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Old 07-17-2012, 09:58 AM
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The 25-30 amp current is a spike on startup. I think the steady state current is about 18 amps based on a conversation with the manufacturer.

The 14 gauge wire to the fan is the original power wire running into the fan motor. I don't think I can change the wire, although I could cut the wire near the motor and splice a larger wire onto it, but don't think that would make much difference since current still has to flow through the short 14 gauge "choke" point.

The battery is trunk mounted and grounded to a frame rail near the transmission, burnished, start washer, and sealed. From that ground point, I have a 4 gauge wire to the engine block and the new 10 gauge wire to the fender well grounding stud.

The alternator is only grounded through the mounting bolts to the engine block.

John
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Old 07-17-2012, 11:01 AM
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This is where some controversy is going to happen.
The 14 gauge power wire originally attached to the fan motor is fine, but if you have to extend it, go a larger gauge. Do not cut an excessive amount of the original wire off to make a good connection, but cut enough off so you get to good clean copper when you remove the insulation for the connection.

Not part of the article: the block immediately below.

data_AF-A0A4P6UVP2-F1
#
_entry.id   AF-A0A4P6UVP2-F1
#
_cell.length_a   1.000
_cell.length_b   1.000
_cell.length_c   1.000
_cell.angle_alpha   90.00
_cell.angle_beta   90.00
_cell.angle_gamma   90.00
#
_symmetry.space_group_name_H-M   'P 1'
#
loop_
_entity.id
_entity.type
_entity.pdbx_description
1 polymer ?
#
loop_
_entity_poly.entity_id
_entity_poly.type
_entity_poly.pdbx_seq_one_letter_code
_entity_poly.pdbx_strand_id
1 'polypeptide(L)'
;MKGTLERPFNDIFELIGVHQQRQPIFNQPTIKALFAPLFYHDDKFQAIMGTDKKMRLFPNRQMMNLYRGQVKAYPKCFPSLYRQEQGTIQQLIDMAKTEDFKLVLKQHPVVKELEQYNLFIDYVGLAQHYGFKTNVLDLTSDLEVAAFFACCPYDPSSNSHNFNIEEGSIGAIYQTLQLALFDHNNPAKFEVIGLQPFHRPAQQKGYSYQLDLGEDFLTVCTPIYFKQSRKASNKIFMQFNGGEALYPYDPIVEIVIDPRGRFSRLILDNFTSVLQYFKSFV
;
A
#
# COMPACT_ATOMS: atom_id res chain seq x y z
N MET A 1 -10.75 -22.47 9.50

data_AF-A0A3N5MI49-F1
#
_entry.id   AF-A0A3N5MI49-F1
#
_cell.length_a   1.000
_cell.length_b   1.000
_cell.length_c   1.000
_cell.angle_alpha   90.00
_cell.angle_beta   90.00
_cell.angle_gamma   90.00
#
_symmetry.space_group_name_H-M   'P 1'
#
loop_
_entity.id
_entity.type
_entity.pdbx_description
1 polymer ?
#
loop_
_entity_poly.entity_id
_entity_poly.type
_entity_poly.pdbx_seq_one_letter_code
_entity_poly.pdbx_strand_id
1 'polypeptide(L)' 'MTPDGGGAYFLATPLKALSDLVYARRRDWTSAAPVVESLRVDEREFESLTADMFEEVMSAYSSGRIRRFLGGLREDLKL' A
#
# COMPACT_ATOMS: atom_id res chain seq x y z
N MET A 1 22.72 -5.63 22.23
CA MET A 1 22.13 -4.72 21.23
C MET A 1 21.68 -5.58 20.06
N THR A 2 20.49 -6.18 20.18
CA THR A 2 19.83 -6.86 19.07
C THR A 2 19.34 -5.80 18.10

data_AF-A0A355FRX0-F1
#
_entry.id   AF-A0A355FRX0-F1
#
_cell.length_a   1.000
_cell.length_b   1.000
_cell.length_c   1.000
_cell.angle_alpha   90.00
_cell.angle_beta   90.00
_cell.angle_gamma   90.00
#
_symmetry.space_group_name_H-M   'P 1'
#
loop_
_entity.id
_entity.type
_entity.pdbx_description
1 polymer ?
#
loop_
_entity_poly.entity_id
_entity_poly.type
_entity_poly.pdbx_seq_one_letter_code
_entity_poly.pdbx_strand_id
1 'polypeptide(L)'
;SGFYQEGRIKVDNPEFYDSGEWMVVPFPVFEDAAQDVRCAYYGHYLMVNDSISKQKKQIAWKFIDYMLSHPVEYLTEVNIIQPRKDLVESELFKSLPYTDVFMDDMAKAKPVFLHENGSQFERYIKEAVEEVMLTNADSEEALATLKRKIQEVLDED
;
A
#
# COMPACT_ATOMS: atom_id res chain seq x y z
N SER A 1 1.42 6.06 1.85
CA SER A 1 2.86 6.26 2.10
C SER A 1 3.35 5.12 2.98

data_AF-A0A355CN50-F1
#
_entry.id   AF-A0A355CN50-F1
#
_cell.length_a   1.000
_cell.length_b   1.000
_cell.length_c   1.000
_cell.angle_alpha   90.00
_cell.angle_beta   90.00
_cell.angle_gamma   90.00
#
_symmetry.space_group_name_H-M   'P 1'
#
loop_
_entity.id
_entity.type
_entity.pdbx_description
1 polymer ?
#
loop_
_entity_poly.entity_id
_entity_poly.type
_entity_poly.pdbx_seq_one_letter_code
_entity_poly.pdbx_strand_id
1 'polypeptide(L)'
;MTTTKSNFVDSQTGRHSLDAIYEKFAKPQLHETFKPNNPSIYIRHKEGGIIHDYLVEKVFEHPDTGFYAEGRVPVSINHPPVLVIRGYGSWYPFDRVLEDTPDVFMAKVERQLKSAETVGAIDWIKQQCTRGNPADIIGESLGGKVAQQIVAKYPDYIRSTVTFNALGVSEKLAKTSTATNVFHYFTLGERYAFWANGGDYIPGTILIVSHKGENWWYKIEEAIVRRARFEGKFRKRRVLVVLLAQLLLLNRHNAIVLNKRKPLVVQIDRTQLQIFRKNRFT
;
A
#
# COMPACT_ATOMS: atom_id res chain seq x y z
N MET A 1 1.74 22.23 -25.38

I like to use a crimp butt connector, that I take apart, and crimp the bare metal connector on to both wires, and then with a minimum of solder, solder the wires to the connector. Then use heat shrink tubing over the connection, or in some cases, you can use the sleeve you pushed the metal part of the connector out of. Do not use so much solder that it wicks away from the connector up the wire. It makes the wire brittle, and prone to breaking after years of vibration.

Check the voltage drop from the negative battery terminal to the frame of the starter. That will tell you if the ground wiring is adequate. Here is how to check the voltage drop.
Voltage Drop Testing

I would also check the voltage drop from the negative battery terminal to the frame of the alternator, when the alternator is putting out a heavy charging load.

I will get some disagreement on this, but I do not think depending on the mounting bolts to ground the alternator is really a good choice. The alternator and the battery work with each other to regulate the voltage in your car. The better they are electrically connected, the better they can regulate the voltage. I would suggest a dedicated ground wire from the frame of the alternator to the negative battery post, of a heavy enough gauge to carry the full charging current of the alternator, with a minimum voltage loss.

I know the metal frame of the alternator is connected to metal bolts, connected to metal alternator brackets, connected to cylinder heads, or block, with more bolts, connected to all the stuff you did to remote mount the battery, but that is a lot of connections to get loose, go bad, and possibly get some corrosion, if they ever get water splashed, or condensed on them.